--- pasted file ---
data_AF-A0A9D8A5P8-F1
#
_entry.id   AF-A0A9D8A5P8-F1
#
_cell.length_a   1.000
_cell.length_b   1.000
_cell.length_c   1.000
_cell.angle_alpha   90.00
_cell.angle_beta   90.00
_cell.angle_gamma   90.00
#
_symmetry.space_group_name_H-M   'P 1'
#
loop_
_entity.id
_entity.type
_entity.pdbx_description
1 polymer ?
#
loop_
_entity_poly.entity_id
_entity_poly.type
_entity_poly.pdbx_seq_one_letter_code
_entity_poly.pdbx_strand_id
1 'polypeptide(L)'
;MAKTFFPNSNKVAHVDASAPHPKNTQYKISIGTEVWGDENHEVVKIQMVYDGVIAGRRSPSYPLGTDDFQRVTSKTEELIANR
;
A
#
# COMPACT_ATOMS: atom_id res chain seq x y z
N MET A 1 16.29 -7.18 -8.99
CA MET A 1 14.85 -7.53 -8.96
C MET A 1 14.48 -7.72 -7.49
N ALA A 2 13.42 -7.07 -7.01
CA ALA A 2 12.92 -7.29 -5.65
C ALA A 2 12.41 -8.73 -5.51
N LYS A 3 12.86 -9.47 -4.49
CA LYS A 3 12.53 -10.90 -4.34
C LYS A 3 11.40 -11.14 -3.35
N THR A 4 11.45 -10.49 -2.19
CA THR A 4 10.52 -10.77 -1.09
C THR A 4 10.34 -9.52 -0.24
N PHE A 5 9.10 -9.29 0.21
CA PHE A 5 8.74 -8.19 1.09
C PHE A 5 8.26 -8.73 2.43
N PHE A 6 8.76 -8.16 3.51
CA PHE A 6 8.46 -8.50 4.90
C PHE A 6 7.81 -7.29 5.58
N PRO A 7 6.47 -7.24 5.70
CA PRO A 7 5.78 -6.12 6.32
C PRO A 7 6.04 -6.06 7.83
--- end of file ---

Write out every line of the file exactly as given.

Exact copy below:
data_AF-A0A9D8A5P8-F1
#
_entry.id   AF-A0A9D8A5P8-F1
#
_cell.length_a   1.000
_cell.length_b   1.000
_cell.length_c   1.000
_cell.angle_alpha   90.00
_cell.angle_beta   90.00
_cell.angle_gamma   90.00
#
_symmetry.space_group_name_H-M   'P 1'
#
loop_
_entity.id
_entity.type
_entity.pdbx_description
1 polymer ?
#
loop_
_entity_poly.entity_id
_entity_poly.type
_entity_poly.pdbx_seq_one_letter_code
_entity_poly.pdbx_strand_id
1 'polypeptide(L)'
;MAKTFFPNSNKVAHVDASAPHPKNTQYKISIGTEVWGDENHEVVKIQMVYDGVIAGRRSPSYPLGTDDFQRVTSKTEELIANR
;
A
#
# COMPACT_ATOMS: atom_id res chain seq x y z
N MET A 1 16.29 -7.18 -8.99
CA MET A 1 14.85 -7.53 -8.96
C MET A 1 14.48 -7.72 -7.49
N ALA A 2 13.42 -7.07 -7.01
CA ALA A 2 12.92 -7.29 -5.65
C ALA A 2 12.41 -8.73 -5.51
N LYS A 3 12.86 -9.47 -4.49
CA LYS A 3 12.53 -10.90 -4.34
C LYS A 3 11.40 -11.14 -3.35
N THR A 4 11.45 -10.49 -2.19
CA THR A 4 10.52 -10.77 -1.09
C THR A 4 10.34 -9.52 -0.24
N PHE A 5 9.10 -9.29 0.21
CA PHE A 5 8.74 -8.19 1.09
C PHE A 5 8.26 -8.73 2.43
N PHE A 6 8.76 -8.16 3.51
CA PHE A 6 8.46 -8.50 4.90
C PHE A 6 7.81 -7.29 5.58
N PRO A 7 6.47 -7.24 5.70
CA PRO A 7 5.78 -6.12 6.32
C PRO A 7 6.04 -6.06 7.83